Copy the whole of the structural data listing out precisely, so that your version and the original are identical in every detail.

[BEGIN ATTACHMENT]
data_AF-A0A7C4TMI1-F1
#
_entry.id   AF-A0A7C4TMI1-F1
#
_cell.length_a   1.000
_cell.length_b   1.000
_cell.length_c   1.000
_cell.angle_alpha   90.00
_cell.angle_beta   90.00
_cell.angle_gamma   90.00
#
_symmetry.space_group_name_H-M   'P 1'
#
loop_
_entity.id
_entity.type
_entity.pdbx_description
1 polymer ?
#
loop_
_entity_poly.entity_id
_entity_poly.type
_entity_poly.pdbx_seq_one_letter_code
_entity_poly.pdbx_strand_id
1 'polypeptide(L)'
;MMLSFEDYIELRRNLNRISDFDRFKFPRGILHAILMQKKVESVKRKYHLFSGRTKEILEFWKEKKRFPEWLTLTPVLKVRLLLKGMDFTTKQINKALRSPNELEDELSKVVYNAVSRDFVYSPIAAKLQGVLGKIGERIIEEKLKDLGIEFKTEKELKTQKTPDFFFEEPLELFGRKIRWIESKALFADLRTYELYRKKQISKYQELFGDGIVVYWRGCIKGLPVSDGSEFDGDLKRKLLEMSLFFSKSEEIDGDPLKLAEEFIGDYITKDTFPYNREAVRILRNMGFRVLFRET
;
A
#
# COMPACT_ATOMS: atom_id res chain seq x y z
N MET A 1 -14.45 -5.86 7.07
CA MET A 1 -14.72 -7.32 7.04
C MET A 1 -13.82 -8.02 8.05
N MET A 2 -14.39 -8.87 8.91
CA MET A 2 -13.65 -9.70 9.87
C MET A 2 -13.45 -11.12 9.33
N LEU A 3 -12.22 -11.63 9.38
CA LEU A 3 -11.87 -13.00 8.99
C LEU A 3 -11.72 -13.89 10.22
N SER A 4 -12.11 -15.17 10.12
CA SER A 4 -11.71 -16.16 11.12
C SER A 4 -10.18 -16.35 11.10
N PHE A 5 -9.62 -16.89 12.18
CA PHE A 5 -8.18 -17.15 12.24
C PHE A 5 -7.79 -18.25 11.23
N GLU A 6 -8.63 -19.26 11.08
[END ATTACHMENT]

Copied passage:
data_AF-A0A7C4TMI1-F1
#
_entry.id   AF-A0A7C4TMI1-F1
#
_cell.length_a   1.000
_cell.length_b   1.000
_cell.length_c   1.000
_cell.angle_alpha   90.00
_cell.angle_beta   90.00
_cell.angle_gamma   90.00
#
_symmetry.space_group_name_H-M   'P 1'
#
loop_
_entity.id
_entity.type
_entity.pdbx_description
1 polymer ?
#
loop_
_entity_poly.entity_id
_entity_poly.type
_entity_poly.pdbx_seq_one_letter_code
_entity_poly.pdbx_strand_id
1 'polypeptide(L)'
;MMLSFEDYIELRRNLNRISDFDRFKFPRGILHAILMQKKVESVKRKYHLFSGRTKEILEFWKEKKRFPEWLTLTPVLKVRLLLKGMDFTTKQINKALRSPNELEDELSKVVYNAVSRDFVYSPIAAKLQGVLGKIGERIIEEKLKDLGIEFKTEKELKTQKTPDFFFEEPLELFGRKIRWIESKALFADLRTYELYRKKQISKYQELFGDGIVVYWRGCIKGLPVSDGSEFDGDLKRKLLEMSLFFSKSEEIDGDPLKLAEEFIGDYITKDTFPYNREAVRILRNMGFRVLFRET
;
A
#
# COMPACT_ATOMS: atom_id res chain seq x y z
N MET A 1 -14.45 -5.86 7.07
CA MET A 1 -14.72 -7.32 7.04
C MET A 1 -13.82 -8.02 8.05
N MET A 2 -14.39 -8.87 8.91
CA MET A 2 -13.65 -9.70 9.87
C MET A 2 -13.45 -11.12 9.33
N LEU A 3 -12.22 -11.63 9.38
CA LEU A 3 -11.87 -13.00 8.99
C LEU A 3 -11.72 -13.89 10.22
N SER A 4 -12.11 -15.17 10.12
CA SER A 4 -11.71 -16.16 11.12
C SER A 4 -10.18 -16.35 11.10
N PHE A 5 -9.62 -16.89 12.18
CA PHE A 5 -8.18 -17.15 12.24
C PHE A 5 -7.79 -18.25 11.23
N GLU A 6 -8.63 -19.26 11.08